Classification tree analysis of postal questionnaire data to identify risk of excessive gestational weight gain

Fuller-Tyszkiewicz, Matthew, Skouteris, Helen, Hill, Briony, Teede, Helena and McPhie, Skye 2016, Classification tree analysis of postal questionnaire data to identify risk of excessive gestational weight gain, Midwifery, vol. 32, pp. 38-44, doi: 10.1016/j.midw.2015.10.007.

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Title Classification tree analysis of postal questionnaire data to identify risk of excessive gestational weight gain
Author(s) Fuller-Tyszkiewicz, MatthewORCID iD for Fuller-Tyszkiewicz, Matthew
Skouteris, Helen
Hill, BrionyORCID iD for Hill, Briony
Teede, Helena
McPhie, Skye
Journal name Midwifery
Volume number 32
Start page 38
End page 44
Total pages 7
Publisher Elsevier
Place of publication Amsterdam, The Netherlands
Publication date 2016-01
ISSN 1532-3099
Keyword(s) BMI
Classification and regression tree analysis
Gestational weight gain
Psychosocial risk factors
Science & Technology
Life Sciences & Biomedicine
Summary OBJECTIVE: overweight/obese weight status during pregnancy increases risk of a range of adverse health outcomes for mother and child. Whereas identification of those who are overweight/obese pre-pregnancy and in early pregnancy is straightforward, prediction of who will experience excessive gestational weight gain (EGWG), and thus be at greater risk of becoming overweight or obese during pregnancy is more challenging. The present study sought to better identify those at risk of EGWG by exploring pre-pregnancy BMI as well as a range of psychosocial risk factors identified as risk factors in prior research. METHODS: 225 pregnant women completed self-reported via postal survey measures of height, weight, and psychosocial variables at 16-18 weeks gestation, and reported their weight again at 32-34 weeks to calculate GWG. Classification and regression tree analysis (CART) was used to find subgroups in the data with increased risk of EGWG based on their pre-pregnancy BMI and psychosocial risk factor scores at Time 1. FINDINGS: CART confirmed that self-reported BMI status was a strong predictor of EGWG risk for women who were overweight/obese pre-pregnancy. Normal weight women with low motivation to maintain a healthy diet and who reported lower levels of partner support were also at considerable risk of EGWG. IMPLICATIONS FOR PRACTICE: present findings offer support for inclusion of psychosocial measures (in addition to BMI) in early antenatal visits to detect risk of EGWG. However, these findings also underscore the need for further consideration of effect modifiers that place women at increased or decreased risk of EGWG. Proposed additional constructs are discussed to direct further theory-driven research.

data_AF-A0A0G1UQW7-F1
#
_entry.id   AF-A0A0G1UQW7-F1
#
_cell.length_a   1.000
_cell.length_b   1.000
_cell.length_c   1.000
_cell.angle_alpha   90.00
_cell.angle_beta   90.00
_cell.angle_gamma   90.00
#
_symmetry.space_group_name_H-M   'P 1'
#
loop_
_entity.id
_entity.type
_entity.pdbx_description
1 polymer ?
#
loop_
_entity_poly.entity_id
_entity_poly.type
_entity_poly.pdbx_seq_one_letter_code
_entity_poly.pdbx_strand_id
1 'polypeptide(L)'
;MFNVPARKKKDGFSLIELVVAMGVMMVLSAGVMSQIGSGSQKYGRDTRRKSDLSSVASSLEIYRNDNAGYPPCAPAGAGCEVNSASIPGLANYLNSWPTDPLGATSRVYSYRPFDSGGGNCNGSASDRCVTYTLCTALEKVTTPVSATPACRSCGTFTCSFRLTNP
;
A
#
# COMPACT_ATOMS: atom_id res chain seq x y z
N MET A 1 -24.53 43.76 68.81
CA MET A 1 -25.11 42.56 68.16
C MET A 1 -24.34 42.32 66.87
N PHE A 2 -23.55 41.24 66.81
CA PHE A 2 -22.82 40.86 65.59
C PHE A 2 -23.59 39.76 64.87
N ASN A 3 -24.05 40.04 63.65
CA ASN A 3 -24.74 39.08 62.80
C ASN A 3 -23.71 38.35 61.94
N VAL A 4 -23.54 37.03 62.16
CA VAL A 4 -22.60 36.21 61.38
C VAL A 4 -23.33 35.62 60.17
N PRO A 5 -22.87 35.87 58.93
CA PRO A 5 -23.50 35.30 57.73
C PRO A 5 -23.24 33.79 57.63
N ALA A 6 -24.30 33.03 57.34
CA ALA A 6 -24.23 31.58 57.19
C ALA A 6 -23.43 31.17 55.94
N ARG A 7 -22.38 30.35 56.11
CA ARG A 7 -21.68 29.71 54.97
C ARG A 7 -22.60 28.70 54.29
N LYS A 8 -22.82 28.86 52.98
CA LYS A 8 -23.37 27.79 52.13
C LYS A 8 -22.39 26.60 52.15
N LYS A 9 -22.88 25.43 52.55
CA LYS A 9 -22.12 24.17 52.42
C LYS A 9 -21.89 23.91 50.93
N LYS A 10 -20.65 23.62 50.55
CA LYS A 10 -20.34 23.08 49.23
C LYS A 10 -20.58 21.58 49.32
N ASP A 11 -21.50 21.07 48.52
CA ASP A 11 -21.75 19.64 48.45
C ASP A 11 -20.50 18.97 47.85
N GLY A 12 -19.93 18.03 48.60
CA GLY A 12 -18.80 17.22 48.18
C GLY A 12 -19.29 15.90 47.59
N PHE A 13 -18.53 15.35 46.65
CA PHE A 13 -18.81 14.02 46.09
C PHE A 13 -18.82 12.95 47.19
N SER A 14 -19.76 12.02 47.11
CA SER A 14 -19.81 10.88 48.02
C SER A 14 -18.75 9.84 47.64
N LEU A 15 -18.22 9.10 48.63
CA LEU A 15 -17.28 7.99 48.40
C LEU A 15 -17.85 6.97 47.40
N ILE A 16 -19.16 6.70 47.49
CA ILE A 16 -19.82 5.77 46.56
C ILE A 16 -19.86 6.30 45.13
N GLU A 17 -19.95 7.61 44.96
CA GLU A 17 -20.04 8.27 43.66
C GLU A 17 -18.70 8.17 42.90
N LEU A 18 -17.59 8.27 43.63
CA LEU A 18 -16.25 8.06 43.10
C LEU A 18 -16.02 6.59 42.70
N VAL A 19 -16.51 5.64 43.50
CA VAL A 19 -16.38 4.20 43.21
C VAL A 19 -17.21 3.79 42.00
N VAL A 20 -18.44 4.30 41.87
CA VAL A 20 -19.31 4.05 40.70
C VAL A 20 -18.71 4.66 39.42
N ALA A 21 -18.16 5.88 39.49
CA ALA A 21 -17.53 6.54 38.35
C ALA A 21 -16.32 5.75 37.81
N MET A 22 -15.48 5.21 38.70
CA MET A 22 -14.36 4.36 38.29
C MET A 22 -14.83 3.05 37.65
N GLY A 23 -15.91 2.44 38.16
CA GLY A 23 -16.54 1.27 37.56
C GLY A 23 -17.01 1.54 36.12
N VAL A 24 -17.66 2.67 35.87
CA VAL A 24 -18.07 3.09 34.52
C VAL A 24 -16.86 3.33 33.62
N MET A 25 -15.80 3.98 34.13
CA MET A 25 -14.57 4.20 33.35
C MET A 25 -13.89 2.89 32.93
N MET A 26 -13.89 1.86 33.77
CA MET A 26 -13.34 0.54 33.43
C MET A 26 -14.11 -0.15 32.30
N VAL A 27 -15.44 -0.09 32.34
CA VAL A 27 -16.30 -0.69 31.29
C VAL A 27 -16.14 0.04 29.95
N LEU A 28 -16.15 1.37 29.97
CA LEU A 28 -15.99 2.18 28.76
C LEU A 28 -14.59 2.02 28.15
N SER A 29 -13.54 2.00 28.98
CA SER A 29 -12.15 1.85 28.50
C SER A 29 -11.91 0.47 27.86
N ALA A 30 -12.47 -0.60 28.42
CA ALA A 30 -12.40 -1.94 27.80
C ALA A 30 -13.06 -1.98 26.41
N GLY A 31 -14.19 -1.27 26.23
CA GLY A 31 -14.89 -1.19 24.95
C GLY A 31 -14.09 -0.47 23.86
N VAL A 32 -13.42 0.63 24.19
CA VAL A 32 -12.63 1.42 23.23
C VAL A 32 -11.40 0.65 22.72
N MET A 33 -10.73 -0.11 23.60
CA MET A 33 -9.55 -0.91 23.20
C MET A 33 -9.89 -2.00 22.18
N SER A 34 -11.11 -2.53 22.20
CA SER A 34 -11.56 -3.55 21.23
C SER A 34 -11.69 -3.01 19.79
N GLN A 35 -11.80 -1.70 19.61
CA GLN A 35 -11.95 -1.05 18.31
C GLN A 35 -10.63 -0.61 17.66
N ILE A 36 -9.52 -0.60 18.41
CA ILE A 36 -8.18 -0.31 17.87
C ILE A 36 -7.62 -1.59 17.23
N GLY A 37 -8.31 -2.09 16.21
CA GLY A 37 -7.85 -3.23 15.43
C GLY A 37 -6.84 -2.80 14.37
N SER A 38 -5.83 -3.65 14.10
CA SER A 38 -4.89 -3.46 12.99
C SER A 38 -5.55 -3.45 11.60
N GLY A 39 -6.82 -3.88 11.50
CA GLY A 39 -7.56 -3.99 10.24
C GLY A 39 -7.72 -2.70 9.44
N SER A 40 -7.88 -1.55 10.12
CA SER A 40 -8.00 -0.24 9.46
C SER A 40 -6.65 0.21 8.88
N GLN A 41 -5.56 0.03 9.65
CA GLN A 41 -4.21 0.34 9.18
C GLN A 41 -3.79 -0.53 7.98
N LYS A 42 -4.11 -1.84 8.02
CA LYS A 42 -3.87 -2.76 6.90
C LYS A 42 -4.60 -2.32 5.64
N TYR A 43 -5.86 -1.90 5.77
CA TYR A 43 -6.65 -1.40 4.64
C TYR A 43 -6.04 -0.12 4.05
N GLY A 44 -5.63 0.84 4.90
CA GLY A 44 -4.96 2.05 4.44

Language eng
DOI 10.1016/j.midw.2015.10.007
Field of Research 170106 Health, Clinical and Counselling Psychology
170110 Psychological Methodology, Design and Analysis
111716 Preventive Medicine
1110 Nursing
1117 Public Health And Health Services
1114 Paediatrics And Reproductive Medicine
Socio Economic Objective 920408 Health Status (e.g. Indicators of Well-Being)
HERDC Research category C1 Refereed article in a scholarly journal
ERA Research output type C Journal article
Copyright notice ©2016, Elsevier
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Document type: Journal Article
Collections: Faculty of Health
School of Psychology
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